Filed for Bankruptcy? Don’t Spend that Tax Refund Yet

Why Federal Tax Refunds Matter in Your Bankruptcy Case

The federal income tax refund is considered to be your property under bankruptcy law - even if you haven't received it yet - which, unfortunately, also means that the bankruptcy trustee will consider this money as an asset in both Chapter 7 and Chapter 13 cases, subject to his or her control and disposition. (See 11 U.C.S. §541(a)(1) and 11 U.S.C. §1306(a)(1).)

Tax Refunds After Filing Chapter 7

If you're facing overwhelming debt, you may choose to file for Chapter 7 bankruptcy, in which case the trustees of the Northern District of Illinois (which includes Cook County and the surrounding collar counties like Will County) can go after the tax refund you expect to receive.

In fact, the trustee can go back as early as October of the year prior to the time you filed your tax return.

For example, if you file for bankruptcy in November 2012, and subsequently file a 2012 federal tax return in February 2013, the trustee can take the 2012 tax refund (which you received in 2013) and possibly use it as an asset for distribution in your past 2012 bankruptcy case. (See In Re Meyers, 616 F.3d 626 (7th Cir. 2010).)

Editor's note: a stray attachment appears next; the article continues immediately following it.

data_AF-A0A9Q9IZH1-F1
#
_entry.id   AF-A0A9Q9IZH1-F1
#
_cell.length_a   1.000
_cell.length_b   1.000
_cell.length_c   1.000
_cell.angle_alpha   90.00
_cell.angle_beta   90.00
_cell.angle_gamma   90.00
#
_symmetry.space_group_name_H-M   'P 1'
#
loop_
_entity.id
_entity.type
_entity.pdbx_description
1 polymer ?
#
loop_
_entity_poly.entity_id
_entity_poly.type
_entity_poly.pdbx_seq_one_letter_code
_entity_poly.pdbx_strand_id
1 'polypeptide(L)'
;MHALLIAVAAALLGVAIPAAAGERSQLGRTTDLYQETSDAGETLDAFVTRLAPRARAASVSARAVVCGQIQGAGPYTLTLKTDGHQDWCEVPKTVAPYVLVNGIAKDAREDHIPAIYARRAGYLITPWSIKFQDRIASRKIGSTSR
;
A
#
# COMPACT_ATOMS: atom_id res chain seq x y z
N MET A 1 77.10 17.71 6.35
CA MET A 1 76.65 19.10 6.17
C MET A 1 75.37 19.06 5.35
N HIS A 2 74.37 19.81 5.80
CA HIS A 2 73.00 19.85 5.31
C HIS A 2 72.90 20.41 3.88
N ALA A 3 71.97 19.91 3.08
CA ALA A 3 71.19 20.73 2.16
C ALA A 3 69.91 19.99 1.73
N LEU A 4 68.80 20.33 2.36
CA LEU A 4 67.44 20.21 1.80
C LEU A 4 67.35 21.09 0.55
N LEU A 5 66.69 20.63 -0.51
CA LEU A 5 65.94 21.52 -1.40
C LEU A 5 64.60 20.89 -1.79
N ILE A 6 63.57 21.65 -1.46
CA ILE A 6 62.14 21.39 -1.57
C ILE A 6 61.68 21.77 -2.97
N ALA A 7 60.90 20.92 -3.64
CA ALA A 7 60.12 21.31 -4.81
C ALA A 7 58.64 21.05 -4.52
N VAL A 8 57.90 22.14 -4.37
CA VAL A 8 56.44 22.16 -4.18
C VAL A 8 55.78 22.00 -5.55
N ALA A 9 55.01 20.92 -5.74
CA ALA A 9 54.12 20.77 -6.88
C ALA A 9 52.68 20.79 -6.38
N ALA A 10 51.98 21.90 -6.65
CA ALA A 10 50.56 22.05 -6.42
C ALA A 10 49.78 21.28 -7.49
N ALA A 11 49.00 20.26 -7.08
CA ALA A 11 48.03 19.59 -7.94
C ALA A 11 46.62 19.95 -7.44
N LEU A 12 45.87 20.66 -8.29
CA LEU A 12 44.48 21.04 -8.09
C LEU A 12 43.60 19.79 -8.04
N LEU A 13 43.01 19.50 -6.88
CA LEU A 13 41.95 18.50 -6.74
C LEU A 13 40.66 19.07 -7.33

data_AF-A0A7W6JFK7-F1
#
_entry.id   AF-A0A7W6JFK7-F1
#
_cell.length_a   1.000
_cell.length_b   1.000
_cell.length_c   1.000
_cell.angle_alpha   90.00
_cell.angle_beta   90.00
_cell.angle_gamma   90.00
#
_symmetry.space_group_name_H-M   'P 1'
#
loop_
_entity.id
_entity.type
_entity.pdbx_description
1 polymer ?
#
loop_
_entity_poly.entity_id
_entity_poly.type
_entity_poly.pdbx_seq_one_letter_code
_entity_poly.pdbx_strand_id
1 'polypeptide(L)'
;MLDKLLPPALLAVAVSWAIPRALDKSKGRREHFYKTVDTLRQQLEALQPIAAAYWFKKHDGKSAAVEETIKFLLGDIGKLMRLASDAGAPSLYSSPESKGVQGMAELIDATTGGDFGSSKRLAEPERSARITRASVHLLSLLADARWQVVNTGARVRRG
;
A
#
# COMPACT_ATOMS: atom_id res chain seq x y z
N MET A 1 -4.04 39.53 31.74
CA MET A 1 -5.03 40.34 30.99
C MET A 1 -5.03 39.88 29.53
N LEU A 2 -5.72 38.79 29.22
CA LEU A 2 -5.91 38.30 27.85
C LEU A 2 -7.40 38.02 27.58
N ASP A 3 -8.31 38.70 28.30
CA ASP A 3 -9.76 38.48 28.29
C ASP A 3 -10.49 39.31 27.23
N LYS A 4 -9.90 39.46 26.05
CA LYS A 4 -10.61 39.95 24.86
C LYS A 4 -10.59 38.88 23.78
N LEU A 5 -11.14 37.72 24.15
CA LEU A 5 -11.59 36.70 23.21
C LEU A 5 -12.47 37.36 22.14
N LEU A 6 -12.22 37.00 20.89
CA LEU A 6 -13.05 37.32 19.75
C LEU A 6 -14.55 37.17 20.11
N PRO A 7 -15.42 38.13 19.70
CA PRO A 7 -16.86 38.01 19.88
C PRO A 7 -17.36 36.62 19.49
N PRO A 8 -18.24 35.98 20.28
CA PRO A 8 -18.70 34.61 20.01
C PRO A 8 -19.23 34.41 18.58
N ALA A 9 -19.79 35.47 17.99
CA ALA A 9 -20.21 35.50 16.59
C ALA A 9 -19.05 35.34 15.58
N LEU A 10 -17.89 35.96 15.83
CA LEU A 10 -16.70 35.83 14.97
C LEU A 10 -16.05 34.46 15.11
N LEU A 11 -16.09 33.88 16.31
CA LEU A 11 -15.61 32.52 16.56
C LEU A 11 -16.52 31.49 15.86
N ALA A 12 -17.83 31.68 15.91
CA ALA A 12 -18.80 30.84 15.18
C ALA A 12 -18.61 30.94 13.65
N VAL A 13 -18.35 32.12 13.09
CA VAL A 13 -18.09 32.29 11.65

Tax Refunds After Filing Chapter 13

There are three Chapter 13 trustees in the Northern District of Illinois. Any one of these three trustees can require you to surrender your tax refund, although each trustee will consider specific facts before requiring you to pay your entire tax refund (or part of it) into the Chapter 13 plan.

Other Situations

You received (and spent) a tax refund prior to filing for bankruptcy. If you got a tax refund in the recent past and you spent that refund, and you're now filing for bankruptcy, under bankruptcy law the money is no longer considered to be your property. However, the trustee will examine exactly how you spent that refund to ensure it wasn't spent inappropriately (i.e. on a flat-screen TV, rather than for rent and food).

You want to keep your half of the refund when your spouse (but not you) is filing for bankruptcy. In general, your spouse can file for bankruptcy without having to list your property on the paperwork, meaning that you can keep your part of the tax refund. However, if you don't work (but your spouse does), the entire tax refund will be considered as your spouse's property. Thus, the entire refund must be properly listed and protected on the bankruptcy paperwork or it could be taken by the trustee and used to pay the very creditors your spouse wants bankruptcy protection against.